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August 07, 2013
Split decision on 2008 ozone NAAQS

In a case that that focused on the legality of EPA’s 2008 National Ambient Air Quality Standards (NAAQS) for ozone, the U.S. Court of Appeals for the D.C. Circuit upheld the primary ozone NAAQS and remanded the secondary ozone NAAQS to the Agency (State of Mississippi v. EPA).  The court ordered that the secondary NAAQS remain in force until the EPA produces a revised standard. 

The actual long-term effect of the decision may be limited because the EPA is scheduled to complete its 5-year review of the ozone NAAQS in 2013.  However, the decision does clarify the D.C. Circuit’s view on how the EPA must justify revisions to the NAAQS.

Too stringent or not enough?

The case consolidates opposing suits against the EPA and the ozone NAAQS.  The state of Mississippi, supported by industry, challenged the Agency’s 2008 ozone NAAQS, which established a 0.075 parts per mission (ppm) 8-hour ozone primary standard and an identical secondary standard.  The primary NAAQS is intended to protect human health while the secondary NAAQS is directed to the protection of public welfare, which includes protection of the environment.  Mississippi argued that in establishing the 0.075 ppm standard, the EPA failed to properly consider the risk assessment conducted for the previous 8-hour NAAQS for ozone (0.08 ppm, established in 1997) and that the 2008 standard was too stringent. 

The 2008 ozone NAAQS was also challenged by a group of northeastern states, supported by environmental organizations, who claimed that the standard was not stringent enough.  The state petitioners asserted that the standard should be in line with a recommendation of between 0.60 and 0.70 ppm, which had been made by the Clean Air Scientific Advisory Committee (CASAC).

Current science critical

Regarding Mississippi’s contention that the EPA could not impose a new standard without placing it in the context of the previous standard, the D.C. Circuit states that the NAAQS must be reviewed in light of “contemporary policy judgments and the existing corpus of scientific knowledge.” 

“It would therefore make no sense to give prior NAAQS the sort of presumptive validity Mississippi insists upon,” the court continues.  “The statutory framework requires us to ask only whether EPA’s proposed NAAQS is ‘requisite’; we need not ask why the prior NAAQS once was ‘requisite’ but is no longer up to the task.” 

The D.C. Circuit says it believes EPA’s rejection of the 1997 NAAQS was “proper” since the Agency relied on a broad array of scientific studies, quantified models, and input from CASAC, EPA staff, and commenters, and it considered not only what was known but also what was not known.  The court adds that because it rejected Mississippi’s challenge to the primary NAAQS, it must also reject the state’s challenge to the secondary NAAQS. 

Margin of safety

The state and environmental petitioners contended that EPA’s 0.075 ppm ozone NAAQS was arbitrary and capricious because the EPA failed to rationally consider scientific evidence demonstrating adverse health effects at ozone levels below 0.075 ppm.  They also argued that the EPA acted contrary to law because it failed to calculate an adequate margin of safety, as required by the CAA.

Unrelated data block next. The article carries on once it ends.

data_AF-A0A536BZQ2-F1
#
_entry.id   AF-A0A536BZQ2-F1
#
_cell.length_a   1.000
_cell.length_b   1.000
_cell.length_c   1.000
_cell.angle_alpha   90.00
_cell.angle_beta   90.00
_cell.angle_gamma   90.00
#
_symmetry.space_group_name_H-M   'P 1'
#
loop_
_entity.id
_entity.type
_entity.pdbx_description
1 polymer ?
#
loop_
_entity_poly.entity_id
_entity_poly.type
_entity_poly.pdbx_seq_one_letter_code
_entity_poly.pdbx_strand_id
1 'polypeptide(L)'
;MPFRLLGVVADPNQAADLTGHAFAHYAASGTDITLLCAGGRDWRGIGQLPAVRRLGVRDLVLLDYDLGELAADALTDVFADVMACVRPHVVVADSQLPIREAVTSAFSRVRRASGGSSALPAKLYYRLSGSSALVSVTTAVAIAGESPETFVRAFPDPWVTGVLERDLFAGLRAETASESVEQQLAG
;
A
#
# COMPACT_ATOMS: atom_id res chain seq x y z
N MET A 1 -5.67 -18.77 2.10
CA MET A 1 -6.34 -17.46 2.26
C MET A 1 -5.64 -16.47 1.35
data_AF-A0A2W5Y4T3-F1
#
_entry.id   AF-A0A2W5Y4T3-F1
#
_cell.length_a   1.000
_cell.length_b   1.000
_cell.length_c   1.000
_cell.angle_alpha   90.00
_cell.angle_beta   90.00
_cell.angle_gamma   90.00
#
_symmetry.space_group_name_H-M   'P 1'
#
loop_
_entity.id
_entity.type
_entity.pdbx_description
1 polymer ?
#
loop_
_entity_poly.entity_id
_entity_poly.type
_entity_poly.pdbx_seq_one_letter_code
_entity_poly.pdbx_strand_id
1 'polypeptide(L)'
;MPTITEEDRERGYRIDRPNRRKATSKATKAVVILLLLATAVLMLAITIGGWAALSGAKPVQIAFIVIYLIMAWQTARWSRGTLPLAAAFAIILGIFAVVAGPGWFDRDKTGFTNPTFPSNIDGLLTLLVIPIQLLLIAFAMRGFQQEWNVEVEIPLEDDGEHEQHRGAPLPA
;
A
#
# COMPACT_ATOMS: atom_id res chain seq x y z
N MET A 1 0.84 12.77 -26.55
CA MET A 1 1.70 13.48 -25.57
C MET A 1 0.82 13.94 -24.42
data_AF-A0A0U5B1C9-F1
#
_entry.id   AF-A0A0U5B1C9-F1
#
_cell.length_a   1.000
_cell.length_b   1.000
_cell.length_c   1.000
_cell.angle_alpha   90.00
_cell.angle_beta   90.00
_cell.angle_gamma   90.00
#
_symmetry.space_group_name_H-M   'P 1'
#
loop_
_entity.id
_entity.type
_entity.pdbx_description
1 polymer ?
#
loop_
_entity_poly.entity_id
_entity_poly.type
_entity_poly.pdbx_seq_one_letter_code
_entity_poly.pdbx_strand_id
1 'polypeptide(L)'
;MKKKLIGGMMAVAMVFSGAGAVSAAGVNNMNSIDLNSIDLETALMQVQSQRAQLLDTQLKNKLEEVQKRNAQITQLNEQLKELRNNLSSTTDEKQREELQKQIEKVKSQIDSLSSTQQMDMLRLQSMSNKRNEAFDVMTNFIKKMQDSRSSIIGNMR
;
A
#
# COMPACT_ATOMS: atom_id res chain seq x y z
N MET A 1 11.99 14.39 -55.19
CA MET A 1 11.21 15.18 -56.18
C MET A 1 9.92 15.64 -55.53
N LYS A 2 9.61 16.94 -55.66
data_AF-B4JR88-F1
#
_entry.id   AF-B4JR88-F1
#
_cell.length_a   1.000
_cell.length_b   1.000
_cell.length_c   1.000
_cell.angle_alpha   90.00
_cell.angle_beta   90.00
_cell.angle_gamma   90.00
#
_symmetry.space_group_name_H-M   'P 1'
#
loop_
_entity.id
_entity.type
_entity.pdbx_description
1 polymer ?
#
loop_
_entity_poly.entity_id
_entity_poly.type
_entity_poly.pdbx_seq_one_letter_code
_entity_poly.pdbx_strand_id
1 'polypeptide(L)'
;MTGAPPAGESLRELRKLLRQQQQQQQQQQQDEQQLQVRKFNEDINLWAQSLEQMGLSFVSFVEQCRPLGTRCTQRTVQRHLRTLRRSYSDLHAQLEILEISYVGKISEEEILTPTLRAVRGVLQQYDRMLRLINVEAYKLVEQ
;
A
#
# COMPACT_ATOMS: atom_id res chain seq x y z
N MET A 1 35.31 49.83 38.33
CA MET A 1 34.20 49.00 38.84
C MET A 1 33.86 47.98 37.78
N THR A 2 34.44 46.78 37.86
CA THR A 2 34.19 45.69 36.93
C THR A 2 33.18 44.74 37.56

Finally, they stated that the Agency did not explain and defend its decision to depart from CASAC’s recommendation.
The court agreed that the 0.075 ppm standard was probably protective of human health; but the more important issue was whether the standard provided the requisite margin of safety.  Ultimately, the court sided with the EPA.  “Petitioners have given us no reason to doubt EPA’s characterization of the 0.075 ppm level as ‘appreciably below’ 0.080 ppm,” said the D.C. Circuit.  “EPA complied with Congress’s command in [CAA] Section 109(b)(1) to build in a margin of safety, and its judgment that this margin is adequate was not arbitrary or capricious.”

The D.C. Circuit also found that the CASAC failed to specify whether its 0.070 ppm recommendation derived from a scientific conclusion.  Had the CASAC made a scientific judgment, the EPA would have been required to respond in kind.  But the CASCA did not make such a scientific judgment, said the court; it was more a product of public policy.  “Although both CASAC and EPA must exercise public health policy judgment when confronted with scientific evidence that does not direct it to a specific outcome, it is to EPA’s judgment that we must defer,” stated the court. 

Secondary standard

According to the EPA, the primary ozone NAAQs translated into a seasonal or 3-month standard of 21 ppm-hours.  But the D.C. Circuit found that the EPA never indicated that the 21 ppm-hours was requisite to protect public welfare.  “Perhaps more importantly, EPA never explained why a 21 ppm-hours level would, in fact, be requisite to protect vegetation,” added the court.  Accordingly, the court remanded the secondary standard of the 2008 ozone NAAQS. 
 Click here for The D.C. Court’s opinion in State of Mississippi v. EPA.

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